3

Scenario in short:

  • a development laptop broke
  • old HDD is still readable
  • new laptop has PostgreSQL 9.4 instead of 9.1
  • both laptops use a flavor of Ubuntu Linux

Question 1: Is my understanding correct that in order to restore the old data, I would need a server with the same major+minor version as the one that wrote the old data directory? Since no 9.1 packages are available for my distribution, I would have to compile a v9.1.x server from source, copy over the old data, start the server and perform a normal pg_dump, which could then be restored to the new cluster?

Question 2: There were around 10-15 databases on the old laptop, but since it was a development machine, in theory all of the data should be replacable, apart from some local experiments. I'm thinking of just scrapping the old data, but I can't remember with 100% certainty what those databases were. Is there a way to extract some basic information (such as database names, maybe even sizes or timestamps) from the old data directory without running a 9.1 server?

1
  • Partial answer to question #1: I'm not sure if it's absolutely required, but the method as described worked well enough. Compiling and configuring PostgreSQL was much easier than I remembered. This also makes question #2 rather academic now.
    – Zilk
    Commented Dec 18, 2015 at 19:59

2 Answers 2

2

Looks like you've figured out question 1 for yourself already (short answer: yes, use the latest 9.1.x release, and make sure the compile-time options are the same between the version on the old and new machine to be sure the data directory, and the machines should ideally be as similar as possible in order to be binary-compatible, e.g. both x86-64, similar glibc versions, etc.).

But about question 2:

Is there a way to extract some basic information (such as database names, maybe even sizes or timestamps)

You can look under the "base" subdirectory of the data directory, and you should see something like this:

/datadir/base $ du -sh *
6.5M    1
6.1M    12292
6.5M    12297
 39M    3237152
6.3M    371336
 10M    4049006
 41M    4481732
6.7M    4691247
 10M    4927721
7.2M    4927722
7.4M    58068
  0B    pgsql_tmp

Each of those directories with an integer as the directory name represents a database inside my PostgreSQL cluster. The integers (OIDs) in the directory name match the oid you would see from a query like:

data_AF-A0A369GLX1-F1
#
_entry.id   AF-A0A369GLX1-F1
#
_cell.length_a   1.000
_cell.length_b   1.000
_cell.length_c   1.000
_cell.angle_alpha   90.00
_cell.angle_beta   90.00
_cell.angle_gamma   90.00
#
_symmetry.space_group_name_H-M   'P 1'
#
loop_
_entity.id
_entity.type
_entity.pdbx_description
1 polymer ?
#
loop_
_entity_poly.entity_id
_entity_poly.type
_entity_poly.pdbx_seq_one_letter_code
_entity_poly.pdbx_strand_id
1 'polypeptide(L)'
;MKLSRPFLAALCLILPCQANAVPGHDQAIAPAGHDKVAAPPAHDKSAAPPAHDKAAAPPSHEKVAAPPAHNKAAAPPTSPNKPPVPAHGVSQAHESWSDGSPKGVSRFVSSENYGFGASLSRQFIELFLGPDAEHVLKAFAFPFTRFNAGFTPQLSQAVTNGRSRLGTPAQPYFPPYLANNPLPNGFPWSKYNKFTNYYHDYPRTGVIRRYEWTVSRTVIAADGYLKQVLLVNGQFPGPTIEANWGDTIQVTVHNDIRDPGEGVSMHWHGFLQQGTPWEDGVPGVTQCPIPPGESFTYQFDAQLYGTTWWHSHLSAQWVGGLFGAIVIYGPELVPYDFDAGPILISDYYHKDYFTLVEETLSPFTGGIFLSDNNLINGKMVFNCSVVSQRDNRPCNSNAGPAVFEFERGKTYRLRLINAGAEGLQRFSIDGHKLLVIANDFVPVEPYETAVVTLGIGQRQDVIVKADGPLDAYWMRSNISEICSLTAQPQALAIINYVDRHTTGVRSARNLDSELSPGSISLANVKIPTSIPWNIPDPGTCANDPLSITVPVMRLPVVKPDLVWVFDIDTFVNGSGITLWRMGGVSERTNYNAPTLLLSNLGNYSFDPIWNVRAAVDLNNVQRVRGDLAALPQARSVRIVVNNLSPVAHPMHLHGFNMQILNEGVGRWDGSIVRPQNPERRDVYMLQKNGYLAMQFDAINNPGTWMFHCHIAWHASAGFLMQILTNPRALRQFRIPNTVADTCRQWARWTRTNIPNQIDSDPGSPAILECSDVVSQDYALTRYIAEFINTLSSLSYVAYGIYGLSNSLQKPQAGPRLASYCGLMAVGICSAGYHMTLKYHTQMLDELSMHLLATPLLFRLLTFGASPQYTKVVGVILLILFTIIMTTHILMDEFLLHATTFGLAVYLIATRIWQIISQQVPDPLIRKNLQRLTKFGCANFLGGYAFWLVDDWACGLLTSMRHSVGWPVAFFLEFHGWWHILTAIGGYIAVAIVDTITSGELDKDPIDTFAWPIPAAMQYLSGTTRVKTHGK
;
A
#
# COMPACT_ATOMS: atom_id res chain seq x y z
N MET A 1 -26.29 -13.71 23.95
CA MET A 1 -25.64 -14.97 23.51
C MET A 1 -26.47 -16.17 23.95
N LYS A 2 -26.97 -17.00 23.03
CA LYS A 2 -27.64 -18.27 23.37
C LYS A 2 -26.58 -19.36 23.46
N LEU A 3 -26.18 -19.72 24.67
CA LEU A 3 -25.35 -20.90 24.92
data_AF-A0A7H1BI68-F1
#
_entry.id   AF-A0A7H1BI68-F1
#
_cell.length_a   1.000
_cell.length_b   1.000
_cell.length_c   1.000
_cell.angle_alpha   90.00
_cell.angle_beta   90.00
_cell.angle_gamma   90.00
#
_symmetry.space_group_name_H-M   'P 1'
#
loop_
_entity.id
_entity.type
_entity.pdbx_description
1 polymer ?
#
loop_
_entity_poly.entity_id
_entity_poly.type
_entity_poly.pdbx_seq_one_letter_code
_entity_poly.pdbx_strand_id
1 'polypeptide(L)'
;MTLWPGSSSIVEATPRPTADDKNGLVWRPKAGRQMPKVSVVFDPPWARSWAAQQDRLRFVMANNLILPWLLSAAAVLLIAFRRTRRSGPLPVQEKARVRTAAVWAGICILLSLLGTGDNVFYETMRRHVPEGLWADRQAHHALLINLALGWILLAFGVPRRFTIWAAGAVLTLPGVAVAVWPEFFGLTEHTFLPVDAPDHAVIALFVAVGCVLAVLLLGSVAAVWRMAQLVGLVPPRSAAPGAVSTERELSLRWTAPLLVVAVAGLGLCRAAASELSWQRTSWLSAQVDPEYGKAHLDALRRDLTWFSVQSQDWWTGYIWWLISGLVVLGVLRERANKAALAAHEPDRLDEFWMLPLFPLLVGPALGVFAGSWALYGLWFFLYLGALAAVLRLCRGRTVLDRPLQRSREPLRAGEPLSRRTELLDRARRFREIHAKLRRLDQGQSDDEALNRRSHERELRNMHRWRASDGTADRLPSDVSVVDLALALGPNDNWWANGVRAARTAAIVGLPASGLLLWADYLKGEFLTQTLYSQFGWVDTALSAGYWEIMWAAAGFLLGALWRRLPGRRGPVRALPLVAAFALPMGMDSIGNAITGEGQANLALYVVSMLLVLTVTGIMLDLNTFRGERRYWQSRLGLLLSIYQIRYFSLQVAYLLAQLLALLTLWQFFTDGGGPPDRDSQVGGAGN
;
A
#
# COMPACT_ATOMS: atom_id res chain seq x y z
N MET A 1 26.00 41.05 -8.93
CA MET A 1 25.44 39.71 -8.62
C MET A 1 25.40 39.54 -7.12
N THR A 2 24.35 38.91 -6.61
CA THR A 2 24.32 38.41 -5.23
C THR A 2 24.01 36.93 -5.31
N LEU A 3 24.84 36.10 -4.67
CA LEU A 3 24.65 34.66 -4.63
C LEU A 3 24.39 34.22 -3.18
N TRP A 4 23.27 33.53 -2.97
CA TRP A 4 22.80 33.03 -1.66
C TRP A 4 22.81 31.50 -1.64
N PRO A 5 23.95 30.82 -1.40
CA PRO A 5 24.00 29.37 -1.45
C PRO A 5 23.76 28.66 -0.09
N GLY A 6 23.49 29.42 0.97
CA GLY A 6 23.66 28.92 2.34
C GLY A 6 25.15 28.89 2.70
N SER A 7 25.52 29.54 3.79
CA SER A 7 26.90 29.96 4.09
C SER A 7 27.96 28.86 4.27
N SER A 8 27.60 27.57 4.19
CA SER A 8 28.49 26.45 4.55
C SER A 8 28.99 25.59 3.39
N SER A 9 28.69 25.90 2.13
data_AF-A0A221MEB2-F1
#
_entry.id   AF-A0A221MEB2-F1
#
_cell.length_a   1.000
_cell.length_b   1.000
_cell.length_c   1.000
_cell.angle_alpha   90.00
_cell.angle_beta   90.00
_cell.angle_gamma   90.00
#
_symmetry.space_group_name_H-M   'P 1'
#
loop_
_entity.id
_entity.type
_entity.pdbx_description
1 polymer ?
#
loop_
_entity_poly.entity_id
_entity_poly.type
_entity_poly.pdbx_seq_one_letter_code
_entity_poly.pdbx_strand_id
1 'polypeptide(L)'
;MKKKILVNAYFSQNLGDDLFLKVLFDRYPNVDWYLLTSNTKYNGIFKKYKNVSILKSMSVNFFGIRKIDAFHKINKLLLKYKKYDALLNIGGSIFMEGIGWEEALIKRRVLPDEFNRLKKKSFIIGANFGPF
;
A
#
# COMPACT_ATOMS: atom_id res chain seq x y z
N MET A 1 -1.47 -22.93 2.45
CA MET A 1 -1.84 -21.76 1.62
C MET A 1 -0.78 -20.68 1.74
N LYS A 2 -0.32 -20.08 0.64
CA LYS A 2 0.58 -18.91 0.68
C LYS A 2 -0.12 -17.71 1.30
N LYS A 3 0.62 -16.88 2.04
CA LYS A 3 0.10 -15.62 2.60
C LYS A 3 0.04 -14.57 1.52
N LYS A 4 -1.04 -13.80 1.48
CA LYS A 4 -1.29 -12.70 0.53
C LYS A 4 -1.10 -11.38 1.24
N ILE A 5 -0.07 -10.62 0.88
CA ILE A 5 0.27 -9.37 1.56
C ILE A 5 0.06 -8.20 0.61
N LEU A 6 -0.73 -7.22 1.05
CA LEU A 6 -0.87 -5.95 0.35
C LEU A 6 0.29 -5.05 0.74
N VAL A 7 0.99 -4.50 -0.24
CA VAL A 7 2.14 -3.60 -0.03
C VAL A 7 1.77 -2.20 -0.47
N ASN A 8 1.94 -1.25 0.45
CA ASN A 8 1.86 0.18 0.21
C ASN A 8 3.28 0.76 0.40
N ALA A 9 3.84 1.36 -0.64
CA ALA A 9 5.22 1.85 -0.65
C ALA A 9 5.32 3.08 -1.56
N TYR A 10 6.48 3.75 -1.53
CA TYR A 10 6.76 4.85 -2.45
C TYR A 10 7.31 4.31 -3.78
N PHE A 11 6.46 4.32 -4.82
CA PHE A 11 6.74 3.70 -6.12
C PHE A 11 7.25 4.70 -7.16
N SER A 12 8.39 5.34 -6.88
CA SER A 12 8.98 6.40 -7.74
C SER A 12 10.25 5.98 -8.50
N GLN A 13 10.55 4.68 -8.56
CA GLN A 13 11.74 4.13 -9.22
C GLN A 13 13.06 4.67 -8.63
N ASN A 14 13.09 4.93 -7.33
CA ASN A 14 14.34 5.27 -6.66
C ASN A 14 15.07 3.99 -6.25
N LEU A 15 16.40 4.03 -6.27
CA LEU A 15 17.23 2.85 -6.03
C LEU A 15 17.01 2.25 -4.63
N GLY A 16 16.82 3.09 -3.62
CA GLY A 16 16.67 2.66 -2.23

SELECT oid, datname FROM pg_database;

if you had the server running. I don't know of a trivial way to determine the database name from those OIDs without having the server running, but at least you know how many databases there are and how big they should be. And you should be able to figure out creation time too from checking stat. In my case, "1" was for "template1", "12292" was "template0", and the rest were various other databases.

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  • I think that's as good as it gets, when the database names are stored in a database themselves :) And now I learned that each of the subdirectories of base corresponds to one database, which does help. Thanks.
    – Zilk
    Commented Dec 19, 2015 at 3:14
0

I just came across a way to find out which databases the old PG_DATA directory contained. It's a bit hackish, and too late for me, but it might be useful for somebody else in the future.

Information about database names (etc) is not stored in PG_DATA/base, but rather in PG_DATA/global. The files in that directory are (in my case, at least) small enough to be inspected with hex editors or command line tools like grep and strings:

$ cd /usr/local/pgsql-9.1/data/global
$ grep template1 *
Binary file 59402186 matches
Binary file 59402192 matches
$ ls -la 59402186 59402192
-rw------- 1 postgres postgres 8.0K Nov 25 09:50 59402186
-rw------- 1 postgres postgres  16K Nov 25 09:50 59402192

The name of one of the default internal databases, "template1", occurs as plain text string in only two small files. Looking for other strings in those files reveals the other database names:

$ strings 59402186 | sort | uniq
blank0
blank1
de_AT.iso88591
de_AT.utf8
deepend
en_US.utf8
footest
channelwerk
lnfbase
lnfbase10
mok_db_bio
postgres
tin_phoenix
sunn
sunn_bkp20151031
template0
template1
upside

Removing the standard PG databases and the charset names, this leaves the list of database names I was originally looking for:

deepend
footest
channelwerk
lnfbase
lnfbase10
mok_db_bio
tin_phoenix
sunn
sunn_bkp20151031
upside

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